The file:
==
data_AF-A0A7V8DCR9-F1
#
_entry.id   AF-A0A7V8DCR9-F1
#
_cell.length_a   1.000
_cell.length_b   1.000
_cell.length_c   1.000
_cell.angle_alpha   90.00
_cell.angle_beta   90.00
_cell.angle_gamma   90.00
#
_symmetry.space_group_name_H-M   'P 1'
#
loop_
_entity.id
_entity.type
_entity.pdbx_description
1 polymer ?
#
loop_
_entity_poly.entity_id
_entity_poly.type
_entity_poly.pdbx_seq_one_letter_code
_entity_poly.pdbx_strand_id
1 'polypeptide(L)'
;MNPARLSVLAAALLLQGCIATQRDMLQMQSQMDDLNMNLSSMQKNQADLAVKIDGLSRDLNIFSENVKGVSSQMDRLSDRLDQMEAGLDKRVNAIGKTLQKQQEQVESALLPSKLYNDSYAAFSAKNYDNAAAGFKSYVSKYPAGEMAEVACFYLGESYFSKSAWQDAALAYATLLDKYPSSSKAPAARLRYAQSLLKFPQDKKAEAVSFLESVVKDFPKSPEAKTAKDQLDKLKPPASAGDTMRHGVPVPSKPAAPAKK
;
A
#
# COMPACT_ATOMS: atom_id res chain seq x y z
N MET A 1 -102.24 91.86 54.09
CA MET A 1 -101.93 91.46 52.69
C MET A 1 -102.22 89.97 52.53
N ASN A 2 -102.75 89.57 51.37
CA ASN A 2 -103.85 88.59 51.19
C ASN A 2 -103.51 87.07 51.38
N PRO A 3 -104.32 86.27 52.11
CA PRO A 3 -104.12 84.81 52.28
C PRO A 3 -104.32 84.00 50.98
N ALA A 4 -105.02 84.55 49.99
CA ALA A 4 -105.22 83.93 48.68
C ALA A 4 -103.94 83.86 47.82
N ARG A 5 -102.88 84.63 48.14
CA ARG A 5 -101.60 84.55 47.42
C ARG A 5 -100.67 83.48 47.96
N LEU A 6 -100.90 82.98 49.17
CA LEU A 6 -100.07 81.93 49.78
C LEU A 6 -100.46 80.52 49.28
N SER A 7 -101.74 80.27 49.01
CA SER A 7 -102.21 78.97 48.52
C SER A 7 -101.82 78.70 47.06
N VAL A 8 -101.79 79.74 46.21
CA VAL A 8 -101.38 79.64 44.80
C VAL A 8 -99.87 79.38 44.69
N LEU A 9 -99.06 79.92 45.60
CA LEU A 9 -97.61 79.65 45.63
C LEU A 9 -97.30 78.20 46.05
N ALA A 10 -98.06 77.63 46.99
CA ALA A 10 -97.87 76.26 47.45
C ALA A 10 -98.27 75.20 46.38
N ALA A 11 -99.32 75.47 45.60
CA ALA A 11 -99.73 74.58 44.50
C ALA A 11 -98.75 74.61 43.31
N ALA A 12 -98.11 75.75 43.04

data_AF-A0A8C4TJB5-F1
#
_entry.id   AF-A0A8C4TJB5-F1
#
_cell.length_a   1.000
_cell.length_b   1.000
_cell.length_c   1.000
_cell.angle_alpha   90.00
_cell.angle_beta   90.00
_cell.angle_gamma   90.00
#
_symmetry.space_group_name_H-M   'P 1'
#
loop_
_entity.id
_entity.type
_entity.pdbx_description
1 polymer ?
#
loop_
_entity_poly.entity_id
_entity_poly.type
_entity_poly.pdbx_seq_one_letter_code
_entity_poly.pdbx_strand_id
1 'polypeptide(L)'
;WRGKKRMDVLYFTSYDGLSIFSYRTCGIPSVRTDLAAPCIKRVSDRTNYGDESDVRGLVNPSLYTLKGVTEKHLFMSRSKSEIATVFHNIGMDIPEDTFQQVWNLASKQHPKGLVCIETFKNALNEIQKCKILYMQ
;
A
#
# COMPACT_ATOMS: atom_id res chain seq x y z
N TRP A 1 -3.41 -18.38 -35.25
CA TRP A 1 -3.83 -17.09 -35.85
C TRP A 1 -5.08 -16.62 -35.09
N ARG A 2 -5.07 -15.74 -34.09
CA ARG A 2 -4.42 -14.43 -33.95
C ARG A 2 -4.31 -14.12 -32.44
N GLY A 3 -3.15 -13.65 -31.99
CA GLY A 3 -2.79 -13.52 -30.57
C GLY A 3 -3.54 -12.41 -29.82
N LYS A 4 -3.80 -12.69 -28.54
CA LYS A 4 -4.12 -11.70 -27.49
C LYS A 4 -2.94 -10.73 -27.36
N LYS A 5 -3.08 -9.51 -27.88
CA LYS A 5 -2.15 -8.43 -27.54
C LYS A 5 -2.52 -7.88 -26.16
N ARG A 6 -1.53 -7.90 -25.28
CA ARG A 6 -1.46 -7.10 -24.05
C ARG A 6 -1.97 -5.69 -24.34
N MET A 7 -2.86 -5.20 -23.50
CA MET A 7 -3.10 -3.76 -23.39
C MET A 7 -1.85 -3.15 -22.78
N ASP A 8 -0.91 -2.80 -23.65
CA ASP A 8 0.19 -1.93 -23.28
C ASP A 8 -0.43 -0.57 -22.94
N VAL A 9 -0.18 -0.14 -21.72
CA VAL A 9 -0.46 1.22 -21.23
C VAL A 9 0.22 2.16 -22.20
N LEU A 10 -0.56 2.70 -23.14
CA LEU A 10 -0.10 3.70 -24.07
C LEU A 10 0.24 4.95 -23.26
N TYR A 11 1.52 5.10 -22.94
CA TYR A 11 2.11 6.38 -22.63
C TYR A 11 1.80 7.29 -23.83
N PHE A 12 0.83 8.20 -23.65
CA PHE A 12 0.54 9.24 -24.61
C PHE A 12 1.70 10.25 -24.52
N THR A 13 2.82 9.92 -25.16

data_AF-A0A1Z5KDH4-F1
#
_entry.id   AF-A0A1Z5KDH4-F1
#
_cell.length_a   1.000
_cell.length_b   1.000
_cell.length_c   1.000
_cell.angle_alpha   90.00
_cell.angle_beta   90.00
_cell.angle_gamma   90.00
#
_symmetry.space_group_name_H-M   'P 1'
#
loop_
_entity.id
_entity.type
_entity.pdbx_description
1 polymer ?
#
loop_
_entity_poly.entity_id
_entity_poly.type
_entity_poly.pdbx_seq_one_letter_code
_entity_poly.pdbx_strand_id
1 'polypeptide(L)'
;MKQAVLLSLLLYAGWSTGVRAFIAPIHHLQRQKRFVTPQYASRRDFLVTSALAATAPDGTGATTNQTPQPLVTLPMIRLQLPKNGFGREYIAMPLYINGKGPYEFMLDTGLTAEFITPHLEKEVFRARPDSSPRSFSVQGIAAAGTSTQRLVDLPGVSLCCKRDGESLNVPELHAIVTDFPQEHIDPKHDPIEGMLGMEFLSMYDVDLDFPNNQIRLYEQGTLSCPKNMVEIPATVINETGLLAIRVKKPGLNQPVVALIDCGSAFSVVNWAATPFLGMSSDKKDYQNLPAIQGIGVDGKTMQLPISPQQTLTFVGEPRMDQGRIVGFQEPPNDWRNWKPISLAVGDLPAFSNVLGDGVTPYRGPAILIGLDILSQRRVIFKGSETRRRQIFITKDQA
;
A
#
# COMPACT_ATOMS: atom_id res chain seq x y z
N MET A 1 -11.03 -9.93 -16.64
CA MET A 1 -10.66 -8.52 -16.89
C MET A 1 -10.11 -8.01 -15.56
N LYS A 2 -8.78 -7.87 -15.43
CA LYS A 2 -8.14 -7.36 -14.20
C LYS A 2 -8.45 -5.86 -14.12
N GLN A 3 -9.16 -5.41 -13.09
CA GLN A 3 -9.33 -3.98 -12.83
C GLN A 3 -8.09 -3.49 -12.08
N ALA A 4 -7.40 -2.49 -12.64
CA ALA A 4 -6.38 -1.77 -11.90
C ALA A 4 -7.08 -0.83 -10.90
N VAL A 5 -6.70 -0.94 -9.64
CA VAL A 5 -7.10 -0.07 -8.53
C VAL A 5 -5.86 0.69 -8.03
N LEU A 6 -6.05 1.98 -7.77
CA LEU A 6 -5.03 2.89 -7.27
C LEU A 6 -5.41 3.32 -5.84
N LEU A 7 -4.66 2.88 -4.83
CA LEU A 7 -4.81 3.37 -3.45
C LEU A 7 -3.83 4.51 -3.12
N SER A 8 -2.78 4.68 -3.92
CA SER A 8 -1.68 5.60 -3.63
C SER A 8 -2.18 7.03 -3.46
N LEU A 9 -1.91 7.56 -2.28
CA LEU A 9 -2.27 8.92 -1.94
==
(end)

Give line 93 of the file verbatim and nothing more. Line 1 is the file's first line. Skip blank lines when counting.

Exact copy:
#